On 22 July China’s official state-run Xinhua News Agency announced that the People’s Liberation Army’s (PLA) Central Military Commission approved plans to establish a permanent military garrison in the disputed South China Sea. China is known to have positioned military vessels in the region on a routine and recurring basis in the recent past and this announcement appears to be a continuation of China’s determination to strengthen its claims of sovereignty over the area.
On 21 June, the Vietnamese National Assembly passed the “Vietnamese Law of the Sea” that formally categorized the Spratly and Paracel Islands as lying within the boundaries of Vietnam’s sovereignty and jurisdictional control. China was quick to condemn this action and responded with an announcement of its own to lay claim to the region.
Later on 21 June, in response to Hanoi’s legislative move, the Chinese State Council (governing cabinet) administratively raised the status of the small town of Sansha, located on Woody Island in the Paracel chain, to that of a prefectural-level city with administrative authority over the Spratly Islands, the Paracel Islands, and the Zhongsha Islands.
Sansha City, occupying little more than 5 kilometers of land area, is tasked with exercising administrative control over a vast expanse of the South China Sea, portions of which are also claimed by the Philippines, Taiwan, Malaysia, Vietnam, and Brunei.
The city of Sansha, boasting a population of only 1,100 inhabitants, announced on 22 July that a municipal people’s congress of 45 members had been elected and installed, igniting protests from nearly all of China’s Pacific neighbors. Both Vietnam and Taiwan lay claim to the Paracel Islands, home to the new city. China has exercised de facto control of the Paracels since forcing Vietnam to withdraw following a naval showdown in 1974.
China claims that they were the first to discover and name the Spratly, Paracel, and Zhongsha island groups in the South China Sea – the Chinese names for the island chains are Xisha, Zhongsha, and Nansha. The Chinese also claim they established an administrative apparatus to manage the islands back in 1959 and therefore, have absolute sovereignty throughout the area.
Earlier in July, mass demonstrations were organized in Hanoi to protest China’s establishment of Sansha City and an invitation sent by the Chinese to oil companies announcing the solicitation of bids for drilling rights in offshore locations Vietnam claims to have sovereignty over. The drilling rights being offered up for bidding encompass areas well within Vietnam’s internationally-recognized 200-mile exclusive economic zone. Both Vietnam and the Philippines have filed diplomatic protests over the establishment of Sansha City.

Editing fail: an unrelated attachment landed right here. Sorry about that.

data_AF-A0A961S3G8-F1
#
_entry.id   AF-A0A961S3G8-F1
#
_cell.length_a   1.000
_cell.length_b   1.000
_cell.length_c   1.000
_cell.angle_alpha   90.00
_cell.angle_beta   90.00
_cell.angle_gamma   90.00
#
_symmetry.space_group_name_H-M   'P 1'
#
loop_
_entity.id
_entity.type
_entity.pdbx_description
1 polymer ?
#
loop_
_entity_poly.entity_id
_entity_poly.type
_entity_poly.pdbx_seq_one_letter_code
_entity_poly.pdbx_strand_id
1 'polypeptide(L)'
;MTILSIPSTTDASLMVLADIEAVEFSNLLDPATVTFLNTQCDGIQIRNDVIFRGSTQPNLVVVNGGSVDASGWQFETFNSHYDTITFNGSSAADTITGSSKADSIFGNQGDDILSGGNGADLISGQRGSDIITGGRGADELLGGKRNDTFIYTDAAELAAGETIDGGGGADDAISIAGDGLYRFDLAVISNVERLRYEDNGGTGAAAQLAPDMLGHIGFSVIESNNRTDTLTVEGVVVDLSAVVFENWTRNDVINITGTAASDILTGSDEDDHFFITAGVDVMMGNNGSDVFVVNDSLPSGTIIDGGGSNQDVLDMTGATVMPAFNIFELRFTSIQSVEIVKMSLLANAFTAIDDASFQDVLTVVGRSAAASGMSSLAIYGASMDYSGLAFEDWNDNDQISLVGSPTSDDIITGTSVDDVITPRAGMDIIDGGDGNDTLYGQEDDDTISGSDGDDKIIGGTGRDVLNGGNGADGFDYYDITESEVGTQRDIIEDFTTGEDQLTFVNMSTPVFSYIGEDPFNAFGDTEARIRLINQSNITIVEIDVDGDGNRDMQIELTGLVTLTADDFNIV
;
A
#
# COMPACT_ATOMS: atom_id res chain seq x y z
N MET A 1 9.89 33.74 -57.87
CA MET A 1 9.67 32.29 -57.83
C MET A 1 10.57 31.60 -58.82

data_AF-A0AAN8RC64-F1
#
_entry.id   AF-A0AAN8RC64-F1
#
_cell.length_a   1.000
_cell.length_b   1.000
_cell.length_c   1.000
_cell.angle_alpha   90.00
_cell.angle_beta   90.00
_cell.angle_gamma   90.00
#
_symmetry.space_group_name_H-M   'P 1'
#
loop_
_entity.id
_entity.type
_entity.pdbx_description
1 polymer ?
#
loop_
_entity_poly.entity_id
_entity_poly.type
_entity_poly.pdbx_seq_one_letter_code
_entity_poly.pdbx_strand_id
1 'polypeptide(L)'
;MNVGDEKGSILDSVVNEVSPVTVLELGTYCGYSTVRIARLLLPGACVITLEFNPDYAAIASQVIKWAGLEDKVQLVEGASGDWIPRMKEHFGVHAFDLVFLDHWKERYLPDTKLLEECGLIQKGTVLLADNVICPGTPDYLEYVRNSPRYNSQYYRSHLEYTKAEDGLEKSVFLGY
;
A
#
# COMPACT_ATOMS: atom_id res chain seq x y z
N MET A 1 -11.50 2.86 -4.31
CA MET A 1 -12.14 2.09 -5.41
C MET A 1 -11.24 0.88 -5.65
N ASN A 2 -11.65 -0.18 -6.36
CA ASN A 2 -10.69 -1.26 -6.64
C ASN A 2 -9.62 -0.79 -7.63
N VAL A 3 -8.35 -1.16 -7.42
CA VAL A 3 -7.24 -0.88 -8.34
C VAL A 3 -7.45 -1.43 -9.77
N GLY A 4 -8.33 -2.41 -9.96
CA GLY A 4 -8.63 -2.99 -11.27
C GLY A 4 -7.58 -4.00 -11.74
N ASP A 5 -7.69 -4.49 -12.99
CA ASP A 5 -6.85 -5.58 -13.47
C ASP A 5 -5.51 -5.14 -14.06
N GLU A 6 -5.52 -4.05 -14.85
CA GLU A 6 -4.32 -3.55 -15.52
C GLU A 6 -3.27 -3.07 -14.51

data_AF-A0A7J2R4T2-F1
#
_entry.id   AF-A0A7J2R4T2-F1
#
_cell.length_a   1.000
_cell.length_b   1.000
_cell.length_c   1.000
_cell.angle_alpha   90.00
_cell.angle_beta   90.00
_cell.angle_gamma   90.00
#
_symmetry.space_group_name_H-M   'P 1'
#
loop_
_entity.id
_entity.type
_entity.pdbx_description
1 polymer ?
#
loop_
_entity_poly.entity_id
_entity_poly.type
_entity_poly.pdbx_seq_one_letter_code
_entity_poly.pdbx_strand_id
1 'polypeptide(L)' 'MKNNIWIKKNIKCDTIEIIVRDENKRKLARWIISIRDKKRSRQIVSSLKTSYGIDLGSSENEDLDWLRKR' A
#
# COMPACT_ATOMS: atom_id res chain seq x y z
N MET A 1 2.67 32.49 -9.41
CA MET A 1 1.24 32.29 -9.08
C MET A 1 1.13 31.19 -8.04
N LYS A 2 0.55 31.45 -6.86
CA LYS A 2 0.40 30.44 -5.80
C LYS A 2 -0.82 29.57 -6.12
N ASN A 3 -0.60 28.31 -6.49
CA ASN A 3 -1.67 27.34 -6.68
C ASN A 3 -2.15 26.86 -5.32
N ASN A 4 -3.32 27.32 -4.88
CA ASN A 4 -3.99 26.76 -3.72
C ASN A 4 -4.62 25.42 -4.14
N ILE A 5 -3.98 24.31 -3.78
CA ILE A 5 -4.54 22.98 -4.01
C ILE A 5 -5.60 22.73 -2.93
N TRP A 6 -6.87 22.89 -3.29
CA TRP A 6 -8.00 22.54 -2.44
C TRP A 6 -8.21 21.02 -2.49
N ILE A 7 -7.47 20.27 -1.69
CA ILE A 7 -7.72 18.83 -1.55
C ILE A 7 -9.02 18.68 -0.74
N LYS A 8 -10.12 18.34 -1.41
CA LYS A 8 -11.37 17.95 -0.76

China began sending combat-ready naval patrols throughout the disputed area following Vietnam’s 21 June passage of legislation claiming sovereignty over the disputed islands and the surrounding waters.
The Xinhua News Agency’s announcement went on to say that the new Sansha military garrison would have responsibility over “national defense mobilization” while also “guarding the city and supporting local emergency rescue and disaster relief.” The garrison would also, it was announced, conduct “military missions” although the extent and purpose of such missions was not addressed.
The news announcement also reported that the Sansha “garrison command will be a division-level command under the PLA’s Hainan provincial sub-command, responsible for managing the city’s national defense mobilization, military reserves, and carrying out military operations.”
An independent report filed by Reuters stated that Beijing also plans to begin construction of communication facilities, buoy tenders, supply installations, and light stations in Sansha City in the near future.
Sansha City, located on Woody Island (Yongxing in Chinese), is currently serviced by an airfield completed in 1990 that boasts a 2,700-meter long runway capable of supporting all the third-generation fighter aircraft in China’s existing air fleet. The island also has a small coast guard facility and a police station to support the city.
The South China Sea is a waterway of critical importance to the global economy with more than one-third of the world’s trade passing through the expanse. It is also a rich fishing ground and is believed to be, based on preliminary exploration, home to immensely valuable deposits of natural gas, petroleum, and rare-earth materials.